In Reply I appreciate the suggestion from Dr Philip and colleagues that there may be multiple technologies that can improve health care, especially for those with a mental disorder. My Viewpoint described digital phenotyping as a compelling new opportunity for assessing mood and cognition with passive data collected on smartphones. The goal is to collect actionable data continuously, ecologically, ubiquitously, and passively, without any effort from the patient other than owning, charging, and using a smartphone. With more than 2 billion smartphones now in circulation and projections of close to 3 billion by 2020, smartphones are already more ubiquitous than clean water.1 Philip and colleagues are concerned that smartphones are not available to almost one-third of people in the United States. This issue, often addressed as the “digital divide,” may be more generational than socioeconomic. A recent survey from the Pew Research Center reported that 96% of the US population between the ages of 18-29 years (peak ages for onset of a mental disorder) live in a home with a smartphone.2 The use of phones in this age cohort is so intense that most attention has been focused on smartphones as a source of mental health problems rather than considering how the phone could offer a solution.3 I encourage Philip and colleagues to develop “empathic interfaces” and other “secured medical devices,” but why not recognize the unprecedented opportunity to use a powerful technology that is already in nearly every young person’s pocket?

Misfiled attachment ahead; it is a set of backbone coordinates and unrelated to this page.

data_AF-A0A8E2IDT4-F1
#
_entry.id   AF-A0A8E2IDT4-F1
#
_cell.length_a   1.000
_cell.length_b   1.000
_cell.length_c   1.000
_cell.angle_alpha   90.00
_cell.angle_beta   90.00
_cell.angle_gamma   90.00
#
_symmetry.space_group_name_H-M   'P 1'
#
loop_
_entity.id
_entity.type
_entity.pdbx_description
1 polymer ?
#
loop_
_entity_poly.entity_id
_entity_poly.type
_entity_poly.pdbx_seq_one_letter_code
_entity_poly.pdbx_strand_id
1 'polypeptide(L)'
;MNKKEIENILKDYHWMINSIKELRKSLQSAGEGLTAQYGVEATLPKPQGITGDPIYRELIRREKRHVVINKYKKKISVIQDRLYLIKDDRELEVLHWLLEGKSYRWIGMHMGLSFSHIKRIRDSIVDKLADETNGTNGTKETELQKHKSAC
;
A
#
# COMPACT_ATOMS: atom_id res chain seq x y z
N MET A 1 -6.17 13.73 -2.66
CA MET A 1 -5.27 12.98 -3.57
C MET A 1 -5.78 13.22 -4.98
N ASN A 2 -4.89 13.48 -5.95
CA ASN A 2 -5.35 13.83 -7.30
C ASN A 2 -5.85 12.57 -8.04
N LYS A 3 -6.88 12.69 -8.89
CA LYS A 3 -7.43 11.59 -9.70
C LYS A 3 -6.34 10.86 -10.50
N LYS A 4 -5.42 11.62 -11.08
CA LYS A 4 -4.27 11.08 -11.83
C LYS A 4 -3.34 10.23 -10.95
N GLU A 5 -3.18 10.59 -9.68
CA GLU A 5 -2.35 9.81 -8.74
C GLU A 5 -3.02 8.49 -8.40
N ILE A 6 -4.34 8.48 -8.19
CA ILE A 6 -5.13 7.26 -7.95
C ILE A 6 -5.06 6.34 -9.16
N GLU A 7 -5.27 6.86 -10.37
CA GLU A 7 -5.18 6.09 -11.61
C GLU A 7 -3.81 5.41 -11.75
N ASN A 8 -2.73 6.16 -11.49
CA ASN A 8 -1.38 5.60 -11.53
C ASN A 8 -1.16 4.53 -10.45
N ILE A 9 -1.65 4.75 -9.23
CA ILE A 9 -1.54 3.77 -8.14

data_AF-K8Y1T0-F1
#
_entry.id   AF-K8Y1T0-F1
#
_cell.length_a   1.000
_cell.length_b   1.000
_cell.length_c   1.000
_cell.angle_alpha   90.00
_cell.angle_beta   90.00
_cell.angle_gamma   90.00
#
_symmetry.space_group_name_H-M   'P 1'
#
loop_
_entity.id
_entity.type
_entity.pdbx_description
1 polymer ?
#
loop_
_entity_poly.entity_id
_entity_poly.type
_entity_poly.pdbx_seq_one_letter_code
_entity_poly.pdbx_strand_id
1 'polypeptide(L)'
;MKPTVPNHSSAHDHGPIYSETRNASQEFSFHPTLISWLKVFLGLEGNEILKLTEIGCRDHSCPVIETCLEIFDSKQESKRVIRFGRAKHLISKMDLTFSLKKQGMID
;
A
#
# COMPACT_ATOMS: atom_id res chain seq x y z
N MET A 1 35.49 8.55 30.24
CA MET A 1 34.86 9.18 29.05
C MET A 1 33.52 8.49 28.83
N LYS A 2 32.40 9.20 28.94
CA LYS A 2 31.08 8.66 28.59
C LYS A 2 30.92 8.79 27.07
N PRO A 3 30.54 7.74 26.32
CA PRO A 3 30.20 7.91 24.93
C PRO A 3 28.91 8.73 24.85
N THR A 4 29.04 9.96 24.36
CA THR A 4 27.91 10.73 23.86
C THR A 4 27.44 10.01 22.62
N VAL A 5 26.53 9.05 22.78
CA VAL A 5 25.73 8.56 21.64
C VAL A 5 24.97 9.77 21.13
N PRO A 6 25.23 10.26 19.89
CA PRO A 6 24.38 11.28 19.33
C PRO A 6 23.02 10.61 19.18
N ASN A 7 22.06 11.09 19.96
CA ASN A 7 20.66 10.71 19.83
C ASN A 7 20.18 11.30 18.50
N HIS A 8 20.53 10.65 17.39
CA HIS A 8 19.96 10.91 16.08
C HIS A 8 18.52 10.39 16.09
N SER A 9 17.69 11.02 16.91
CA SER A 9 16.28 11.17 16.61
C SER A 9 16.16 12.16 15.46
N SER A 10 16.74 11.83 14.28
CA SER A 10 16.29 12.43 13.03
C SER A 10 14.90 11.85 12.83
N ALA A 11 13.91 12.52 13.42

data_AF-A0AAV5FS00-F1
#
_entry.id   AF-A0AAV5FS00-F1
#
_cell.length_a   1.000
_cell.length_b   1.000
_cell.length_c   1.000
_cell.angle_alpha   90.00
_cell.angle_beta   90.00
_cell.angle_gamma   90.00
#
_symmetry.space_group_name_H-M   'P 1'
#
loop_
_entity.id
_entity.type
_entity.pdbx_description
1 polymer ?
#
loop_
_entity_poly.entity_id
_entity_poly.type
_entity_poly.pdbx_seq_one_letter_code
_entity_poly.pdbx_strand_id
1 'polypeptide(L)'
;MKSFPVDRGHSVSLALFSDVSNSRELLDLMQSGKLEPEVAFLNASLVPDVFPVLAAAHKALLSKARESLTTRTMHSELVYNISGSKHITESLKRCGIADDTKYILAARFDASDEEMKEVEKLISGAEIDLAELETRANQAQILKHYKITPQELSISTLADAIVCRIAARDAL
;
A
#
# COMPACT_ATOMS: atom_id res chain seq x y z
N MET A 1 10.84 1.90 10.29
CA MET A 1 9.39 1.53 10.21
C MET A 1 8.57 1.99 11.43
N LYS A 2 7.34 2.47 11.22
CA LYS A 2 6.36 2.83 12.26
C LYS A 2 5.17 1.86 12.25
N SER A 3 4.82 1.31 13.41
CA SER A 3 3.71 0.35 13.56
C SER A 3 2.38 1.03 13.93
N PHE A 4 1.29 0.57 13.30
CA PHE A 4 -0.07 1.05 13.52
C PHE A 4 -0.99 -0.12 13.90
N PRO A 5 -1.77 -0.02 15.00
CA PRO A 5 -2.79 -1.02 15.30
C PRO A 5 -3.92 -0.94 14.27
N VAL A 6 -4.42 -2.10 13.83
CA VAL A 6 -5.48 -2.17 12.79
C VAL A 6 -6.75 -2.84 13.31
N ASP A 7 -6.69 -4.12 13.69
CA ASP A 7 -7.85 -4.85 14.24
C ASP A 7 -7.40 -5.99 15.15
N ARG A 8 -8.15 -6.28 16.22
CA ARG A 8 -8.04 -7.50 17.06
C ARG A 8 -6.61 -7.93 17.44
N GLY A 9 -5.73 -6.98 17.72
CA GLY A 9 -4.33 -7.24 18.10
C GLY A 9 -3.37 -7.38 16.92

Insel TR. Technology as a Tool for Mental Disorders—Reply. JAMA. 2018;319(5):504. doi:10.1001/jama.2017.20353
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